The C.A.M. Report
Complementary and Alternative Medicine: Fair, Balanced, and to the Point
  • About this web log

    This blog ran from 2006 to 2016 and was intended as an objective and dispassionate source of information on the latest CAM research. Since my background is in pharmacy and allopathic medicine, I view all CAM as advancing through the development pipeline to eventually become integrated into mainstream medical practice. Some will succeed while others fail. But all are treated fairly here.

  • About the author

    John Russo, Jr., PharmD, is president of The MedCom Resource, Inc. Previously, he was senior vice president of medical communications at, a complementary and alternative medicine website.

  • Common sense considerations

    The material on this weblog is for informational purposes. It is not medical advice or counsel. Be smart, consult your health professional before using CAM.

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  • Recent Comments

    Does soy interact with losartan?

    Losartan (Cozaar), which is used to treat high blood pressure, is metabolized by liver enzymes CYP2C9 and CYP3A4 to an active metabolite, E-3174, which has greater antihypertensive activity than Losartan itself.

    We also know that soy extract activates CYP2C9 and CYP3A4 in the lab. Should we worry about a soy-drug interaction?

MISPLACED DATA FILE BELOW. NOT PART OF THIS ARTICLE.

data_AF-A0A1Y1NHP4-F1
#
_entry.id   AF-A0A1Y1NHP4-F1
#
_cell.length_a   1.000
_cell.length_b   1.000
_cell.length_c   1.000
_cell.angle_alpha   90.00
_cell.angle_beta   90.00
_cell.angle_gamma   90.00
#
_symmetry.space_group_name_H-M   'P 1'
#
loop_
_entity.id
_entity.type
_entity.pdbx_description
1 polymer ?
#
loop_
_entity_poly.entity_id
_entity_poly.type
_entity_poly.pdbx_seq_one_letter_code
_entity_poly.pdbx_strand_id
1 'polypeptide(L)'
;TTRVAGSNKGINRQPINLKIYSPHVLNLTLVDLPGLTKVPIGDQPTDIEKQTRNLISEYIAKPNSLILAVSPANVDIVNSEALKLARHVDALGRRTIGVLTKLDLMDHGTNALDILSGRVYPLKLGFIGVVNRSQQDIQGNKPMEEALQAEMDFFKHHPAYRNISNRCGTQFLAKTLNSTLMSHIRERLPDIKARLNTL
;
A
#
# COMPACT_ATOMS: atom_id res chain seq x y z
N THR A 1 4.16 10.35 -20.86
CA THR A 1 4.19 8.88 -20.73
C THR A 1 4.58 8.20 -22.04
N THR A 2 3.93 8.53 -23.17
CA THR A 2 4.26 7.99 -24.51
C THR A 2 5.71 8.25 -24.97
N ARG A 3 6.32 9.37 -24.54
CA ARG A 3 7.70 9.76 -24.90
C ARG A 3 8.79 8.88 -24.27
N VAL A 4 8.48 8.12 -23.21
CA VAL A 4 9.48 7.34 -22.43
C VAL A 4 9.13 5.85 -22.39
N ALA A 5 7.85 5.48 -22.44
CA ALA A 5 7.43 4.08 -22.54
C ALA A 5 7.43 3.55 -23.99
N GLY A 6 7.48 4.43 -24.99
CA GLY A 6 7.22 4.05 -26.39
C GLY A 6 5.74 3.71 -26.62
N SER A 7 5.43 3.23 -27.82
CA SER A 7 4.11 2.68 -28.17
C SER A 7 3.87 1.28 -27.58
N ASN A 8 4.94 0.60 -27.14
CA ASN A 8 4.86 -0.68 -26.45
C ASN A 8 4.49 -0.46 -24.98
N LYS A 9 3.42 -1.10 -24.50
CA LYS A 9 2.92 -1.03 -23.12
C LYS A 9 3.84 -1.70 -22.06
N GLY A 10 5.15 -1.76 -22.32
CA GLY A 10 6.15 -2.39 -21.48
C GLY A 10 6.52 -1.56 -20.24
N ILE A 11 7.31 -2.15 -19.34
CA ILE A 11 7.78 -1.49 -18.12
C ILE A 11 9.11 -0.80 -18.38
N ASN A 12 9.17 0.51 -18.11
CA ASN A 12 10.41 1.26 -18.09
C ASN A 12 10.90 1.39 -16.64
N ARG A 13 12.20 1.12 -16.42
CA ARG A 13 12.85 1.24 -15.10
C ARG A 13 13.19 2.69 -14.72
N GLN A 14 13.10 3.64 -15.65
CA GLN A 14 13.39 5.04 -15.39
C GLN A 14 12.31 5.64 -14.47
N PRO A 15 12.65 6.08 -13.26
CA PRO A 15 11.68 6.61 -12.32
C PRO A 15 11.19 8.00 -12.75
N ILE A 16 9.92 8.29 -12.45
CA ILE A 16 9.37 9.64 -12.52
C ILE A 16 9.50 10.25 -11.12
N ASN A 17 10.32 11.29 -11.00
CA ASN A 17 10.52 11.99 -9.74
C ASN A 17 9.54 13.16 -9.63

First, the details.

    • 18 healthy Chinese women were given losartan 50 mg, with and without soy extract.
    • Blood levels of losartan and E-3174 were measured for 12 and 24 hours, respectively.
    • Then, starting on the 8th day and continuing through day 21, each woman consumed 2, 1000-mg Genistein Soy Complex tablets after meals, twice daily, for 14 days.
    • On day 22, all volunteers received losartan 50 mg, and blood samples were collected again.

    And, the results.

    • Soy extract had no significant effect on the metabolism of losartan or E-3174.

    The bottom line?
    The researchers concluded, “A significant interaction between soy extract and losartan is unlikely to occur in females.”

    Others have found that even though soy extract can activate CYP3A4 in the laboratory, there’s no correlation to any effects when humans take it.

    5/21/09 10:10 JR

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